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Three things to watch against the Bucks in Summer League

The Celtics will face Milwaukee in Game 2 of their Summer League season.

2022 NBA Summer League - Boston Celtics v Miami Heat Photo by David Dow/NBAE via Getty Images

We’re heading into the Boston Celtics' second Summer League game, with the Milwaukee Bucks being the next opponent. After a tough loss against the Miami Heat on Saturday, Boston’s young hopefuls will have a point to prove, as they look to leave their mark and potentially earn a training camp invite or contract for the coming season.

Unlike the regular season, every individual on a Summer League roster has their own agenda. Sure, they’re going to operate as a unit on the floor and play team-orientated basketball, but the mindset is more geared towards a G-League mentality, rather than the NBA, where most players have multiple years of their future secured.

With that in mind, here are three things to look for in Monday’s game against the Bucks.

1. Can Sam Hauser find his range?

Things didn’t go as planned for Sam Hauser against the Miami Heat. The sophomore shooter’s shot wasn’t falling. Every movement seemed like it had been sped up. And there was no rhythm to his play.

Unlike most players on Boston’s Summer League roster, Hauser already has a contract in place for the upcoming season - but in a setting like this, where everybody is hungry, that can be both and good and bad thing.

Heading into Monday’s game, the Virginia product will need to rediscover his poise, as he looks to prove that he can be the bench shooter Boston’s roster sorely needs. Nobody is asking Hauser to be a playmaker or plus defender — it’s pretty clear he’s a single-skill shooter at this early juncture of his career, and that’s fine.

Still, if the second-year wing can find his range, and prove he can score off movement, as well as off the catch, then his stock could begin to rise, and isn’t that why a second-year player competes in Vegas?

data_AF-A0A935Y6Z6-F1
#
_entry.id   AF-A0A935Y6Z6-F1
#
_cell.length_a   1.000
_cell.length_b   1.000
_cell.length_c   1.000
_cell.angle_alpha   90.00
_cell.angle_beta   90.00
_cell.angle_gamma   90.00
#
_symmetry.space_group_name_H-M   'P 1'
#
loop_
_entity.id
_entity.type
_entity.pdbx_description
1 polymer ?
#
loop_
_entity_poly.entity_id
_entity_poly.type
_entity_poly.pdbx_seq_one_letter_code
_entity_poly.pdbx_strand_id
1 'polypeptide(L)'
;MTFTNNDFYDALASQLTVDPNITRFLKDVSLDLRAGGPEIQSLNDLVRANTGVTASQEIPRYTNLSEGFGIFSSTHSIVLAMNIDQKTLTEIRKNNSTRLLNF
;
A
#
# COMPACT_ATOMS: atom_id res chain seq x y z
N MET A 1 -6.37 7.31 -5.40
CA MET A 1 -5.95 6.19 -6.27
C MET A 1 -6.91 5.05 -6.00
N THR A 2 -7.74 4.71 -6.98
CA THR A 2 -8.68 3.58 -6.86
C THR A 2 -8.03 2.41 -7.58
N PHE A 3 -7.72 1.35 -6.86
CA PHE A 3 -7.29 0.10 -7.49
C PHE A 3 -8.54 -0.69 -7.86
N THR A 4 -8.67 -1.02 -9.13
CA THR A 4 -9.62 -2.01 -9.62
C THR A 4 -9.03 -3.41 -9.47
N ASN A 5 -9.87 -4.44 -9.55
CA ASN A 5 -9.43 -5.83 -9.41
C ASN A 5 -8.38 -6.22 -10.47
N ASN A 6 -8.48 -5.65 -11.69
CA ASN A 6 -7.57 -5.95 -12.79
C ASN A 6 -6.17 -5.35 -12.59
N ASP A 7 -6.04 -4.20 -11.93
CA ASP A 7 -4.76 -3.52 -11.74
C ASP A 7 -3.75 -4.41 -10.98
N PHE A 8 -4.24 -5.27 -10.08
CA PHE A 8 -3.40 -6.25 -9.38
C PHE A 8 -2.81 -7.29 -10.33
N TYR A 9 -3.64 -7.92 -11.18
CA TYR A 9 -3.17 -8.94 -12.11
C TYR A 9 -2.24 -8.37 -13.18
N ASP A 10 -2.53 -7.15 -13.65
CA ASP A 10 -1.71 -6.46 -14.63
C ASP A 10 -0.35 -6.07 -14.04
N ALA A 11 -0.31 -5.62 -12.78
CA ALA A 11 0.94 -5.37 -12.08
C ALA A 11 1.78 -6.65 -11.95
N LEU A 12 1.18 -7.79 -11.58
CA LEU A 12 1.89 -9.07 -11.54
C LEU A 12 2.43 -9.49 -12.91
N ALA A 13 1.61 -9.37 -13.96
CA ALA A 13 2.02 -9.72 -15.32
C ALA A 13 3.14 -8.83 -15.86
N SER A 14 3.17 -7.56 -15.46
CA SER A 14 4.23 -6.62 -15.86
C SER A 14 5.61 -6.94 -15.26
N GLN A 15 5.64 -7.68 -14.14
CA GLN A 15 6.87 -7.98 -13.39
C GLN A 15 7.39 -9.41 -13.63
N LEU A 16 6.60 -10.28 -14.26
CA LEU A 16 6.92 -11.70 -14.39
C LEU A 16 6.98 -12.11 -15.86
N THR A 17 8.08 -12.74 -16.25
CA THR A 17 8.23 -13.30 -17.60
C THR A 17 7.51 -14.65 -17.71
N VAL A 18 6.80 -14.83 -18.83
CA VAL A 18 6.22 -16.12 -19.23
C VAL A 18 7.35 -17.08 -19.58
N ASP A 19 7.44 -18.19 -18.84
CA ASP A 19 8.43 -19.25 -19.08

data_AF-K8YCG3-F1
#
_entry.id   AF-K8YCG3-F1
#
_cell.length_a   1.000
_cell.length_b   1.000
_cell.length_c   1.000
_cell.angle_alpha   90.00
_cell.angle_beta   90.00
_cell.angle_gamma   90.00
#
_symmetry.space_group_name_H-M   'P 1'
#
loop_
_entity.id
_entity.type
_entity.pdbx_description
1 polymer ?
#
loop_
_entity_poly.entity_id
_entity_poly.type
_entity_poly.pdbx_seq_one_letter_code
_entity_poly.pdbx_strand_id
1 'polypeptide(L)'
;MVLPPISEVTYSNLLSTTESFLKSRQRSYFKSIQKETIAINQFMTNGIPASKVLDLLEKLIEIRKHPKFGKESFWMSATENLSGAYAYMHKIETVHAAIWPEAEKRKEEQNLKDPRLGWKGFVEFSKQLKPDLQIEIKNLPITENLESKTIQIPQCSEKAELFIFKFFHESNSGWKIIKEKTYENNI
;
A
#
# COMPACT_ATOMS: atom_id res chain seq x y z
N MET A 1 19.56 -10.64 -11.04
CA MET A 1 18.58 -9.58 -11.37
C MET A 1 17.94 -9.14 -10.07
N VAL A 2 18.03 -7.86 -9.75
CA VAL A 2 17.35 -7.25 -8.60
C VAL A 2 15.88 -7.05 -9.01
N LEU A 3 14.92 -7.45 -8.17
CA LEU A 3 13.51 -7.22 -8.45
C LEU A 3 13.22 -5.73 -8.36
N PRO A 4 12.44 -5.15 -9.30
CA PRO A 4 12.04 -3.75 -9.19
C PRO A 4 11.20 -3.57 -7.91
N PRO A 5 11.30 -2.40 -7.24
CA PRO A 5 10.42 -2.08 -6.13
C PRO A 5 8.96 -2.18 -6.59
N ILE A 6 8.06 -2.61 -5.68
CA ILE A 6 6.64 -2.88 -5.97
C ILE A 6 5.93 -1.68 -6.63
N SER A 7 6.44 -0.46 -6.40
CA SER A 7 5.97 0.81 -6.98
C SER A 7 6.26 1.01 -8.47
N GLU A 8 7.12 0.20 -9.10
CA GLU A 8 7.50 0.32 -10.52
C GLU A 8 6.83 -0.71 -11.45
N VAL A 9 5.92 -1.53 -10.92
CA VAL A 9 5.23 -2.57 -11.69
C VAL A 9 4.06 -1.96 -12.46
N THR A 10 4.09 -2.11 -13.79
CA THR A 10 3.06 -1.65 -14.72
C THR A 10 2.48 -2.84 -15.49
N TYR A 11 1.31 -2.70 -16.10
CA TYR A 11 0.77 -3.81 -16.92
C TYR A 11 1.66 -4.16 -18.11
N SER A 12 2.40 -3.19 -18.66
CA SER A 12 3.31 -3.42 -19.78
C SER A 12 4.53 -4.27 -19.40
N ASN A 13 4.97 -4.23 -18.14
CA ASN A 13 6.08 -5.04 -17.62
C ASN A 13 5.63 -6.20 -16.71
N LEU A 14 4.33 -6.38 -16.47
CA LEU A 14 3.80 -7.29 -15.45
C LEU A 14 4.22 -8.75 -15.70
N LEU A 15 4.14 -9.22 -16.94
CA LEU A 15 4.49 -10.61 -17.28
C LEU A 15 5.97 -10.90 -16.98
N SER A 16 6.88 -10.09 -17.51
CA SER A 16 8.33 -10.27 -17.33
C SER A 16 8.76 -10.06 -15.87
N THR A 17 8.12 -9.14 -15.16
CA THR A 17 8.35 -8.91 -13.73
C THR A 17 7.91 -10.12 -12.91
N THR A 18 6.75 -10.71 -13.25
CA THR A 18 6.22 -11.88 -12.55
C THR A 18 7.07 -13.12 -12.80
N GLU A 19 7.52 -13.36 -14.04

2. JD Davison’s control around the rim

All things considered, JD Davison gave a fair account of himself against the Heat. The young guard looked poised as the primary ball-handler, controlled the flow of the offense, and orchestrated pick-and-rolls admirably.

“I thought for such a young kid, playing in his first game, he had a really nice floor game to him. He moved the ball well, was able to get downhill and find his teammates. And I thought he had a nice pace and control of to his game offensively,” Summer League head coach Ben Sullivan told CelticsBlog’s Bobby Manning following the game.

Unfortunately, there was one glaring flaw in Davison's debut game: his finishing around the rim. For such an explosive athlete, the Alabama native struggled to convert his looks, with the rookie guard often running himself into trouble, rather than looking to manipulate the big man before turning the jets on.

Hopefully, now the first-game jitters are out of the way, we will see Davison utilize his unique athleticism to punish teams down low. Not every finish has to be a dunk, but when you have a high level of athleticism, leaning into that can be a difference-maker for your close-range shot attempts, even if that just means you’re getting an additional lift on your layups and are taking it strong to the rack.

All things considered, Davison’s debut was pleasing, especially for such a late draft pick, but if he can figure out how to score against an improved level of defense, his route to significant minutes in the G-League will be far easier.

3. Can Trevion Williams make good on his playmaking ability?

Much like the NBA-version of the Boston Celtics, Ben Sullivan isn’t asking his big men to shoulder much of the playmaking load. But, when you have Trevion Williams on your roster, allowing some of the offense to develop out of the mid or high post seems like a viable option to explore.

“I’m a pass-first big, and even these guys, we haven’t been playing together that long, but I’ve tried to get to know them, hopefully, they get to know me as a player, the way I play on the court...I wanna be that guy that puts other guys in a position to be successful, and if that works, then everybody eats.”

After all, that’s the rookie big’s bread and butter skillset, so letting him flex it a little bit shouldn’t be off the table. Whether we see some more cross-court passes, or Williams is asked to operate in more of a dribble hand-off role, allowing the offense to develop through him could position him to have a significant impact on the game.

Of course, it will also be interesting to see if Williams can continue to make the right reads against an improved level of competition, and while playing at a higher pace than what he’s probably used to - both of those questions can only be answered if he’s given the opportunity to rise to the occasion.

Final Thoughts

While getting some victories at Summer League would be nice, and would provide a confidence boost to such a young core of hungry players, the real progress to be made is more centered around acclimation. Sure, the level of play on offer in Las Vegas isn’t what anyone will experience if they make a regula -season roster or find themselves thrust into the rotation on a two-way contract, but it’s still a step up from what most of them are used to.

At this early juncture of the off-season, even the slightest development can set the pulse racing, and hopefully, we can see one or two of Boston’s young hopefuls find their footing against the Bucks. After all, it’s not like you need to worry about slowing down Giannis Antetokounmpo.